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​Co-Parenting Tricks to Make Halloween a Treat

October 19, 2021

By: Derren Ciaglia

Even if you don’t have time-sharing on October 31st this year, Halloween doesn’t have to be a scary time. It can still be a sweet treat for you and your kids.

Co-parenting during the holidays can be difficult, even for minor holidays such as Halloween. While everyone is dressing up in costumes, eating way too much candy, carving pumpkins, and going to festivals, you may look at your parenting plan and realize it’s not your year to have time-sharing with your children on Halloween. If that’s the case for you, here are some tips to make this year enjoyable and memorable.

  1. Look for Halloween/fall events on the days or weekends leading up to the holiday. Many trunk-or-treat events occur on dates other than Halloween. These provide great opportunities to dress up with your children and “trick or treat” on days other than October 31. Fall festivals often occur the weekend before Halloween. You can go pumpkin picking, enjoy a corn maze, go on a hayride, or brave a haunted house. There are numerous opportunities to make special memories during this holiday, so take the time to seek them out. By thinking of Halloween as a month-long celebration instead of just a one-day holiday, you can enjoy a fulfilling time with your children regardless of who has time-sharing on October 31.

  2. What if the parents cannot agree on a Halloween costume? Most parenting plans will designate which parent has Halloween time-sharing, but often, the parents have different ideas on what a child should dress up as for Halloween. It is okay for a child to have two costumes. During your time-sharing, your child can wear your selected costume, and when with the other parent, your child can wear a second costume. Thanks to the numerous trunk-or-treat events, Halloween parades and other celebrations held throughout the month, both parents will have plenty of opportunities to dress up in costumes with their child on days other than Halloween.

  3. Don’t be afraid to make new traditions. You can do fun, creative activities to celebrate Halloween all month long, regardless if you have time-sharing on October 31. Maybe you spend time decorating the house, baking ghost and goblin cookies, or carving pumpkins. Use this time to create new traditions for you and your family that can happen at any time during October.

If you have any specific questions regarding your parenting plan and holiday time-sharing schedule, it’s a good idea to seek legal advice.

This article is informational only. You should consult an attorney before acting or failing to act. The law may change rapidly and no warranty is given. LOWNDES DISCLAIMS ALL IMPLIED WARRANTIES AND WITHOUT LIMITATION, ANY WARRANTY OF FITNESS FOR A PARTICULAR PURPOSE. ALL ARTICLES ARE PROVIDED AS IS AND WITH ALL FAULTS. Consult a Lowndes attorney if you wish to establish an attorney/client relationship.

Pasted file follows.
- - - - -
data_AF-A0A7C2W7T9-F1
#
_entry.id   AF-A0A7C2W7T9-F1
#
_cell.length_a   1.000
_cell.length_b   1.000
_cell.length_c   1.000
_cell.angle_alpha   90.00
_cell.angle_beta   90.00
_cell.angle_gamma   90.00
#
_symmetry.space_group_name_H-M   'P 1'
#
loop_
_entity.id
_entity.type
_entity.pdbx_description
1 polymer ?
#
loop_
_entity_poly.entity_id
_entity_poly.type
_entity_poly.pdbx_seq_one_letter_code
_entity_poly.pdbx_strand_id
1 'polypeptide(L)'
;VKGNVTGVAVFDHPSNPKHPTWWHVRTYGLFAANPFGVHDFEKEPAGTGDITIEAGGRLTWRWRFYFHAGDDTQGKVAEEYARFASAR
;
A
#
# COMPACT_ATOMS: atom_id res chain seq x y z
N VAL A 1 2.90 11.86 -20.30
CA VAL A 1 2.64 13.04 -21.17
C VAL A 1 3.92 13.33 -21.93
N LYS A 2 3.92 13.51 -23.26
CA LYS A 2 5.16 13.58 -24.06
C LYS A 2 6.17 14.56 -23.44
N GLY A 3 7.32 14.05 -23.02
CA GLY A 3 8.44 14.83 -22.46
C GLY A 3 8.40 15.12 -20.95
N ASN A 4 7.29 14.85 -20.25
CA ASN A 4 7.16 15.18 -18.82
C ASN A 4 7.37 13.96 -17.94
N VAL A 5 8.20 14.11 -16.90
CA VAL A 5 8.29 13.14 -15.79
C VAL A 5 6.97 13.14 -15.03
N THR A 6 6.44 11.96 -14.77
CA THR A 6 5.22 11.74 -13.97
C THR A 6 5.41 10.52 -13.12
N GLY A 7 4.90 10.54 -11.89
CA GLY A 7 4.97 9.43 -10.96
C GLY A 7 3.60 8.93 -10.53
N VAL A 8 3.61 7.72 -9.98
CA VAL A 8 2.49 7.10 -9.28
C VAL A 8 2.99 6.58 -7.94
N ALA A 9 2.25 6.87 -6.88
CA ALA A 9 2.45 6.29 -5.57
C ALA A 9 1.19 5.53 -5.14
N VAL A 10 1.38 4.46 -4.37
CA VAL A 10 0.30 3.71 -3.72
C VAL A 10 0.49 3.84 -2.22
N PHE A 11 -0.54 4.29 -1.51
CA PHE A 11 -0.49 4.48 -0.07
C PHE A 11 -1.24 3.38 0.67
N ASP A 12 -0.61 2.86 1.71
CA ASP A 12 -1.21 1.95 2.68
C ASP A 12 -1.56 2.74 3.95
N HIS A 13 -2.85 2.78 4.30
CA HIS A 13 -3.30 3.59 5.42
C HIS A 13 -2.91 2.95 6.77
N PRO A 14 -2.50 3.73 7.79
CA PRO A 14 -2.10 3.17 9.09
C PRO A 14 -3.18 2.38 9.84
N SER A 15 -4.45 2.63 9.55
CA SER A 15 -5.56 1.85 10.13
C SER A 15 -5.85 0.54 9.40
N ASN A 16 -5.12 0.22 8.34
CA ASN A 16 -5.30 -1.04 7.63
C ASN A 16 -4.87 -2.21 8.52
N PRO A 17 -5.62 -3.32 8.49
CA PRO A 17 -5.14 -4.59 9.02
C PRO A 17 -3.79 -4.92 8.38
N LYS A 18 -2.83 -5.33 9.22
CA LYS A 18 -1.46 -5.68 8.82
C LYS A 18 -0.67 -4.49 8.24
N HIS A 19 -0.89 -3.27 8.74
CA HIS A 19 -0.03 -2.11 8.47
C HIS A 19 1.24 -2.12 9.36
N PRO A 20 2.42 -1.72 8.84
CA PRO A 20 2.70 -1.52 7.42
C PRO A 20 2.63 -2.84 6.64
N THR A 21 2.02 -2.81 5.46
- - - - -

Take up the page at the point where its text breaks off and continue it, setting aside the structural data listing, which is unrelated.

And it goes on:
Derren K. Ciaglia devotes her practice to challenging family law matters, including divorce, child support, child custody, alimony, paternity matters and family law litigation involving complex financial and parenting issues. As a mother of three, she understands the importance of minimizing the effect the legal process can have on families. She tries to find creative solutions that are tailored to each family’s unique circumstances.

Trained in the interdisciplinary model of collaborative family law, Derren is passionate about advocating for her clients and providing them with support and guidance during what can be difficult and uncertain times in their lives. She is a compassionate listener, a good problem solver and settlement focused, negotiating on behalf of clients both in and out of mediation.

Derren is active in the Orlando community, currently serving as vice president of children’s programming for the Rosen Jewish Community Center Board of Directors. She is also a member of The Florida Bar and the Orange County Bar Association.

Admitted to practice law in Florida, Derren also previously practiced in Illinois. She earned her law degree cum laude from the University of Florida Levin College of Law, where she received a Family Law Certificate and three Book Awards in perspectives of family, collaborative law, and intimate partner violence assistance. She has dedicated her entire legal career to matters involving families.

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